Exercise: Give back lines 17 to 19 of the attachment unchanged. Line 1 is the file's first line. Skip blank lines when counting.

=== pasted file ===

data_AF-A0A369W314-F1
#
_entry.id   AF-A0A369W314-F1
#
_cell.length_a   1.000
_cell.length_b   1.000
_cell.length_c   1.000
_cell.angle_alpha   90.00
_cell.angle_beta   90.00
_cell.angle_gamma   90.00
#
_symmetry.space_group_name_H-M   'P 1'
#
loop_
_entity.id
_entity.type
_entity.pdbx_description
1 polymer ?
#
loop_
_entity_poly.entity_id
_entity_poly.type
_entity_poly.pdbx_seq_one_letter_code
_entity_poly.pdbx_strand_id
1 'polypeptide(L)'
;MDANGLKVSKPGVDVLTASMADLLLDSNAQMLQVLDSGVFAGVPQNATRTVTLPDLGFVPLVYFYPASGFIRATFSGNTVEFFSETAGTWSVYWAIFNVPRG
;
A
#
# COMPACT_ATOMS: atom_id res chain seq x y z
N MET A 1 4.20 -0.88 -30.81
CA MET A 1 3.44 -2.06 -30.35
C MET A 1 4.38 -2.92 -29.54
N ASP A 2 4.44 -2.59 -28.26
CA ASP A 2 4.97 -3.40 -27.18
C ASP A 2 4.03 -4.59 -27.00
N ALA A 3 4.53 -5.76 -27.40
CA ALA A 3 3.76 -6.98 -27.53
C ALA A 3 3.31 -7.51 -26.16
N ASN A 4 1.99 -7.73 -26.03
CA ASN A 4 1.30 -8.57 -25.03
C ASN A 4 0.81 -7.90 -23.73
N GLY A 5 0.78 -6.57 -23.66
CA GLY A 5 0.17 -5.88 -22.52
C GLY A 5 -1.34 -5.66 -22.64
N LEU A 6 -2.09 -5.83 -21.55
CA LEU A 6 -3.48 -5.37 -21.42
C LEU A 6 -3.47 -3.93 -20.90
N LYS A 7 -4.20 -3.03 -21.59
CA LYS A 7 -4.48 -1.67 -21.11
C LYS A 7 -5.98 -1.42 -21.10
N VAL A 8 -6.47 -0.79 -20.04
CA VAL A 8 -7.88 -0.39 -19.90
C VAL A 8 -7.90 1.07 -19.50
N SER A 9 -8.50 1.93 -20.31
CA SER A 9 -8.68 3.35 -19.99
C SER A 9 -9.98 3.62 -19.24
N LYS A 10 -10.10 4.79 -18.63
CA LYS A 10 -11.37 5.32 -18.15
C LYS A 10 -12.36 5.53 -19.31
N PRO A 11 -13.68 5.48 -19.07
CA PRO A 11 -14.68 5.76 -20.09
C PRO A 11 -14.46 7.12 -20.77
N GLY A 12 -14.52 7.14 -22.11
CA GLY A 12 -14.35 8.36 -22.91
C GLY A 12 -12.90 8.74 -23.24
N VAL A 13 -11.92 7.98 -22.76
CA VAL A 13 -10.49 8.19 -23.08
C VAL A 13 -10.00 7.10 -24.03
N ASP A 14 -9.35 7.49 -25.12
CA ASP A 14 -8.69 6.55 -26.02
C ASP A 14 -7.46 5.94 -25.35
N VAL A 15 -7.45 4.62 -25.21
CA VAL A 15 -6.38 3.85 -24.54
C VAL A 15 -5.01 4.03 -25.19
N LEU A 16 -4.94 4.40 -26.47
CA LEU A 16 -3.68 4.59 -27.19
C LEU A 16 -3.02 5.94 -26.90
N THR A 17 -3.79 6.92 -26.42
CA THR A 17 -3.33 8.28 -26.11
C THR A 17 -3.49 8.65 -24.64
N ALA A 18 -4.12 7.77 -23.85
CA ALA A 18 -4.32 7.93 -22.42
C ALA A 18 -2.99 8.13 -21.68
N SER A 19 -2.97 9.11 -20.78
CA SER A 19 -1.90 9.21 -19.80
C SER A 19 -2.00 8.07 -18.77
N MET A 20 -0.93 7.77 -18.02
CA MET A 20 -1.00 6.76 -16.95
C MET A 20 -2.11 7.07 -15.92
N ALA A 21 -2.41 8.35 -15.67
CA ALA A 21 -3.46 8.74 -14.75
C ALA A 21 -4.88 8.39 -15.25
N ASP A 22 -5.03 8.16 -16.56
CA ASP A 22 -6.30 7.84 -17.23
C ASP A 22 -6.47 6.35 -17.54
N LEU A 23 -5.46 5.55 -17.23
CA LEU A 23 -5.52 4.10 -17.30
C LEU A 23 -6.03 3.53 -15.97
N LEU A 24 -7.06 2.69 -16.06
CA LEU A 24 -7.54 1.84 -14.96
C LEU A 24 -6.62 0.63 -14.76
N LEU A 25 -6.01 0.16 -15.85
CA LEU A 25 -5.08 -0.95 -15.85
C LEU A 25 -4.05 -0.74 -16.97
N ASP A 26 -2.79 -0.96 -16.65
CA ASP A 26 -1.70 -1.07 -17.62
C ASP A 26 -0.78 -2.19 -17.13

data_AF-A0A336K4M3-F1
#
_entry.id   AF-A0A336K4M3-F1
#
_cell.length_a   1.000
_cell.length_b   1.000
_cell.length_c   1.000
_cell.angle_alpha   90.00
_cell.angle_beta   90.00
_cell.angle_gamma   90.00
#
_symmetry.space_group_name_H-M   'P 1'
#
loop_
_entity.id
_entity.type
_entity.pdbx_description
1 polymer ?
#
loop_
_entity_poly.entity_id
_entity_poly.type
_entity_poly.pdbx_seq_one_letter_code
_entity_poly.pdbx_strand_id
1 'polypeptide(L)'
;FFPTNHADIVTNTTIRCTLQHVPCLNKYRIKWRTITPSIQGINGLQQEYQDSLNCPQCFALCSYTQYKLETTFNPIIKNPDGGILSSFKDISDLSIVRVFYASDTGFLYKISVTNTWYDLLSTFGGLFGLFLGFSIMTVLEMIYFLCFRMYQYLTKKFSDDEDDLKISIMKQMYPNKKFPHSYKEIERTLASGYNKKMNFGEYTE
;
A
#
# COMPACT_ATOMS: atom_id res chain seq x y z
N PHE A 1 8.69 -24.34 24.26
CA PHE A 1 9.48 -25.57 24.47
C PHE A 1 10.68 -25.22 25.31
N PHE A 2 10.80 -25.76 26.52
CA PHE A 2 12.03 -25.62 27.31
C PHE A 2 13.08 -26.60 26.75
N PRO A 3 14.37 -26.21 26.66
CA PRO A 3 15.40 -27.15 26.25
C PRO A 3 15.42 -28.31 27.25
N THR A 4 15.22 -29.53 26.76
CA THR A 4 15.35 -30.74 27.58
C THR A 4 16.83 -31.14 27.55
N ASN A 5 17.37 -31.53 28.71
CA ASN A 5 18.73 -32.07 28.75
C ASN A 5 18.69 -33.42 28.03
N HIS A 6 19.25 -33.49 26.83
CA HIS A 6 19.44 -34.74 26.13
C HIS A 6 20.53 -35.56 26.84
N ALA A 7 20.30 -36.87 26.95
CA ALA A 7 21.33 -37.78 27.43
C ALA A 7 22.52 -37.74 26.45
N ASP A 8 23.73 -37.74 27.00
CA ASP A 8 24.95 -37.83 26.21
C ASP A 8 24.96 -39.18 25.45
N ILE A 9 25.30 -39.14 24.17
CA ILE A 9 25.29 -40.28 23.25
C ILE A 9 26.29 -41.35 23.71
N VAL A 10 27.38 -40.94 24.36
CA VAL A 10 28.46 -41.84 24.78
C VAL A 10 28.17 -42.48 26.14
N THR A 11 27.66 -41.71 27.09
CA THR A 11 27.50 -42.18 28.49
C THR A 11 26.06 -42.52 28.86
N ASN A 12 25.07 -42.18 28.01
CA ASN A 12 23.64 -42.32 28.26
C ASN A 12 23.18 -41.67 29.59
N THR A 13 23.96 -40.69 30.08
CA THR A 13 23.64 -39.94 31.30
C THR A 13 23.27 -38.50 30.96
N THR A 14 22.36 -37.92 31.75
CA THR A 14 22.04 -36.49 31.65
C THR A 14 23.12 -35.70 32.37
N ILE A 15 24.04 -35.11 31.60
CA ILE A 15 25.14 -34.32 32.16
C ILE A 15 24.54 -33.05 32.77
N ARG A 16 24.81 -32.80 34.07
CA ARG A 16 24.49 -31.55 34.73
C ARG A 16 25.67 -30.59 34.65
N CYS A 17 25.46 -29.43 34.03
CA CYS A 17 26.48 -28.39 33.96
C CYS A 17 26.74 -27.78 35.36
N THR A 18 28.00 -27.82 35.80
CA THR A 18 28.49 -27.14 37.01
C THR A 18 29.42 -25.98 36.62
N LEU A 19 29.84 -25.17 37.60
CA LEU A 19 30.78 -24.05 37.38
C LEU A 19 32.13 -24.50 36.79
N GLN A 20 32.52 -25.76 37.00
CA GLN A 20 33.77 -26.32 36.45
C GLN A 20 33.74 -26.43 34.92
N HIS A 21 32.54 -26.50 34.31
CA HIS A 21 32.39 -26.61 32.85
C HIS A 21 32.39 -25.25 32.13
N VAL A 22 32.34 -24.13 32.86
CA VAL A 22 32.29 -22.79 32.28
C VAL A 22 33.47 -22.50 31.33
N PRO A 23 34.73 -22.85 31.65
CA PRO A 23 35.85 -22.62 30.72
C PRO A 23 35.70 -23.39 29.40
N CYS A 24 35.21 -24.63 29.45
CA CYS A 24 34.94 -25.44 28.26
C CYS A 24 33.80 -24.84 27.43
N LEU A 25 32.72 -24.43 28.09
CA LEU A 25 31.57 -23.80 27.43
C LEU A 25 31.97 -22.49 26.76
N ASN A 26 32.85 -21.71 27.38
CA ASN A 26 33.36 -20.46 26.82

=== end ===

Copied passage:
_entity.pdbx_description
1 polymer ?
#